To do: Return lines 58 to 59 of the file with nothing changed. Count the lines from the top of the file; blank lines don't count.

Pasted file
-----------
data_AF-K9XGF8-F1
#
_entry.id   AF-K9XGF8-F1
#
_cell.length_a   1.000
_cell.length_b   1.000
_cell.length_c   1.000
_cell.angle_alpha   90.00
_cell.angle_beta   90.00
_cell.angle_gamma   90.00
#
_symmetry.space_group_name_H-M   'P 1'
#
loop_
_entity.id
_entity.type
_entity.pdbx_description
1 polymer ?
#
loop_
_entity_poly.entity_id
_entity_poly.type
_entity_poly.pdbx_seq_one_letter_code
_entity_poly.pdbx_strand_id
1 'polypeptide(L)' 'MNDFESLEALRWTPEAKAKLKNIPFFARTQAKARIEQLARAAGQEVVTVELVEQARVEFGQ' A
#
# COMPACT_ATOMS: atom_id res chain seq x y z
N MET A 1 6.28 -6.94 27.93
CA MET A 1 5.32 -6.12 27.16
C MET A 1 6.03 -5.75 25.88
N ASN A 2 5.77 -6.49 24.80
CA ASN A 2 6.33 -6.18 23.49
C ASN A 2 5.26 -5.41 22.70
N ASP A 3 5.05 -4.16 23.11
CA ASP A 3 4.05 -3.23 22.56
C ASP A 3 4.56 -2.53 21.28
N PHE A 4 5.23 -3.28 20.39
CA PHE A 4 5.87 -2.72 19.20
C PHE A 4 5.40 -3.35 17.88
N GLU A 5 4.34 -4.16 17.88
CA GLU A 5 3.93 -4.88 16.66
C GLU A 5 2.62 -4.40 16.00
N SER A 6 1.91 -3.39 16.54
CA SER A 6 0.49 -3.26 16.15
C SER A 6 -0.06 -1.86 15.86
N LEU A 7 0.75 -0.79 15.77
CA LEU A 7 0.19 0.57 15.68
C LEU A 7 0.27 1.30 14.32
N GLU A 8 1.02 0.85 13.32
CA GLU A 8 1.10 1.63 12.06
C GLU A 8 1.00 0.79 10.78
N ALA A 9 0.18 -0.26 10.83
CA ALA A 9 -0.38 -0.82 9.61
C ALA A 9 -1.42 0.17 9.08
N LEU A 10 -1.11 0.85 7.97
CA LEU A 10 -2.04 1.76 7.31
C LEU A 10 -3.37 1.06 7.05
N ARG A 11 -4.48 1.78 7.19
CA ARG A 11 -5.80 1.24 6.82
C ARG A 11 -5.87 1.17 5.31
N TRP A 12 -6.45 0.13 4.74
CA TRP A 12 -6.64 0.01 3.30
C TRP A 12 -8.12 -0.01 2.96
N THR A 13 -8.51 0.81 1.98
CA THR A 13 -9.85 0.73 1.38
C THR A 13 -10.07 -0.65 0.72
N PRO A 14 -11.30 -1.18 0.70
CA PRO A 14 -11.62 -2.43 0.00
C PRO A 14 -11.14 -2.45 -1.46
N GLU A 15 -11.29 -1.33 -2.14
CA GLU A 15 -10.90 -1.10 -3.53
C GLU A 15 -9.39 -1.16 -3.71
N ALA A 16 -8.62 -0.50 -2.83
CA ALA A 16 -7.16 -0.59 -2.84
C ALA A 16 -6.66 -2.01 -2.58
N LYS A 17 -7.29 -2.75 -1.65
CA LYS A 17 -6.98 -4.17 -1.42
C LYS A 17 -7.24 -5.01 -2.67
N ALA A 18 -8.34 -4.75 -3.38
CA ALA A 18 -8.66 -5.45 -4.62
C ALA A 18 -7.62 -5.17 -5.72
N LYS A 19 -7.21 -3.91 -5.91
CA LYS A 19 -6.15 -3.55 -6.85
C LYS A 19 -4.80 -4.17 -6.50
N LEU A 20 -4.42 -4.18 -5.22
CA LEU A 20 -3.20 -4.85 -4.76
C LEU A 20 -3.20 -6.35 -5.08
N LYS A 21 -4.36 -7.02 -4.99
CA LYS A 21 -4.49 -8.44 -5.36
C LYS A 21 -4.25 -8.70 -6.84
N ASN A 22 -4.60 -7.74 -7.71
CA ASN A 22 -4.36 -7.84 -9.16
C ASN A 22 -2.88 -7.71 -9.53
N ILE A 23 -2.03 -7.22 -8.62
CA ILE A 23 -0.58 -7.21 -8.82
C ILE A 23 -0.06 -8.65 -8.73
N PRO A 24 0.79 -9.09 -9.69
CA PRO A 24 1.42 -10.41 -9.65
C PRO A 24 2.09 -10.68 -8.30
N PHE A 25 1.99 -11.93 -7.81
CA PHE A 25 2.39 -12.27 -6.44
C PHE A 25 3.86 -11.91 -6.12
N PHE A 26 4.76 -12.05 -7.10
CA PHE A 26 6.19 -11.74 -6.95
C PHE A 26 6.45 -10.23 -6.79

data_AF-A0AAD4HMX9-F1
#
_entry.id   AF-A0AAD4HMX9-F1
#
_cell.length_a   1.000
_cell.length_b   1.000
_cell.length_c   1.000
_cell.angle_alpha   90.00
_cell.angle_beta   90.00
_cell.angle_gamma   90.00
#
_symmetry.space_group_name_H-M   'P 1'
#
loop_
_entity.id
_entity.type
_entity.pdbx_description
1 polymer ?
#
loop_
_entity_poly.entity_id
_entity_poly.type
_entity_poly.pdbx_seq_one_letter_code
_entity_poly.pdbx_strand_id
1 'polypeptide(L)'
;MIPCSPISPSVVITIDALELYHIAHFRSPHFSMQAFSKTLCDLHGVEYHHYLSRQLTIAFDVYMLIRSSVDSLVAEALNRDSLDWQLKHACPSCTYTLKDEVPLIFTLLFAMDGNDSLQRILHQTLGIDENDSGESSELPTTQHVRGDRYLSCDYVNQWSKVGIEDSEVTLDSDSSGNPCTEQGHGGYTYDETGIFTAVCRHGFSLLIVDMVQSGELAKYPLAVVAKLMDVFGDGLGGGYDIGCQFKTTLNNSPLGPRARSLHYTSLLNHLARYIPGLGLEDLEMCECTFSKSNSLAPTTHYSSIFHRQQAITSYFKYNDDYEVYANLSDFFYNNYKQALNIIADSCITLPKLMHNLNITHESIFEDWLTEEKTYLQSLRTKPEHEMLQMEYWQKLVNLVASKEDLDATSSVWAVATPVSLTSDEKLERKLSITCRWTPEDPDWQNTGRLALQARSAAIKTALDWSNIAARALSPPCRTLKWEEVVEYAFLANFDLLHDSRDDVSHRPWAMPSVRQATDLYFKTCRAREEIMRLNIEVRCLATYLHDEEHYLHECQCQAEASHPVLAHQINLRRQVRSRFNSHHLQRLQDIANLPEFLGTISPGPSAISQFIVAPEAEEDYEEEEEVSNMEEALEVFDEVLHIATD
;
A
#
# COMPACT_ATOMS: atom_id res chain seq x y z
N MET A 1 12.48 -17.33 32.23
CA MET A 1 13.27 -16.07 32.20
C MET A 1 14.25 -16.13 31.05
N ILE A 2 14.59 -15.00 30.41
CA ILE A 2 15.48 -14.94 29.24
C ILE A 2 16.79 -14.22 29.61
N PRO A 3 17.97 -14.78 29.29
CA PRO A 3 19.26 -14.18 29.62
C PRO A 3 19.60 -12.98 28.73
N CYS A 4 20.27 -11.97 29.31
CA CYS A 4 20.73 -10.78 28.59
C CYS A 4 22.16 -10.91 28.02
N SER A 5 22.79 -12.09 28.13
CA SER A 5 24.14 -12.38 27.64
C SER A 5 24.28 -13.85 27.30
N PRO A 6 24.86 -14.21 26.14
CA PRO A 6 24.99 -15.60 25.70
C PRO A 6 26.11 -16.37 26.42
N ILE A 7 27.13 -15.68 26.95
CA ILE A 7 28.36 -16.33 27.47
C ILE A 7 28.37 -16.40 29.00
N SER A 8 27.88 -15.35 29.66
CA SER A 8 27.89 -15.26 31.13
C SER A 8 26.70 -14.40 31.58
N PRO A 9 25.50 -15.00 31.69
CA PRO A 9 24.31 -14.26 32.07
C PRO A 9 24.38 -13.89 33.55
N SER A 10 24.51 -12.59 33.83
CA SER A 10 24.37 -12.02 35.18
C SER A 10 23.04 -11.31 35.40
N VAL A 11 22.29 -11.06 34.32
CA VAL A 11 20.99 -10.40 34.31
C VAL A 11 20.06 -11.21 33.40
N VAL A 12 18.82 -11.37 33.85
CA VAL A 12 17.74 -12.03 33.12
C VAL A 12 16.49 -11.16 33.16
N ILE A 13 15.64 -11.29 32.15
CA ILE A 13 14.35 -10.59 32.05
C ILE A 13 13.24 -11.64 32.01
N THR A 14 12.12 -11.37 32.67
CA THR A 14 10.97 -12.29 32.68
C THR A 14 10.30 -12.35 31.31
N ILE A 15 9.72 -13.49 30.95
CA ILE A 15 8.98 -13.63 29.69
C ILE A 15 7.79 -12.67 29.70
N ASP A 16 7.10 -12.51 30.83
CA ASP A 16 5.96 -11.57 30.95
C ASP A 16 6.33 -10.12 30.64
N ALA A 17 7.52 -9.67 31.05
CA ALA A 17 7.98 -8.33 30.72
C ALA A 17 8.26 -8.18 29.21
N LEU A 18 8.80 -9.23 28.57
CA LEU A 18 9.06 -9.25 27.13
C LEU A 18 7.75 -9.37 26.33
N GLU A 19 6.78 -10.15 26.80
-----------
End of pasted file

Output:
N ARG A 11 -4.48 1.78 7.19
CA ARG A 11 -5.80 1.24 6.82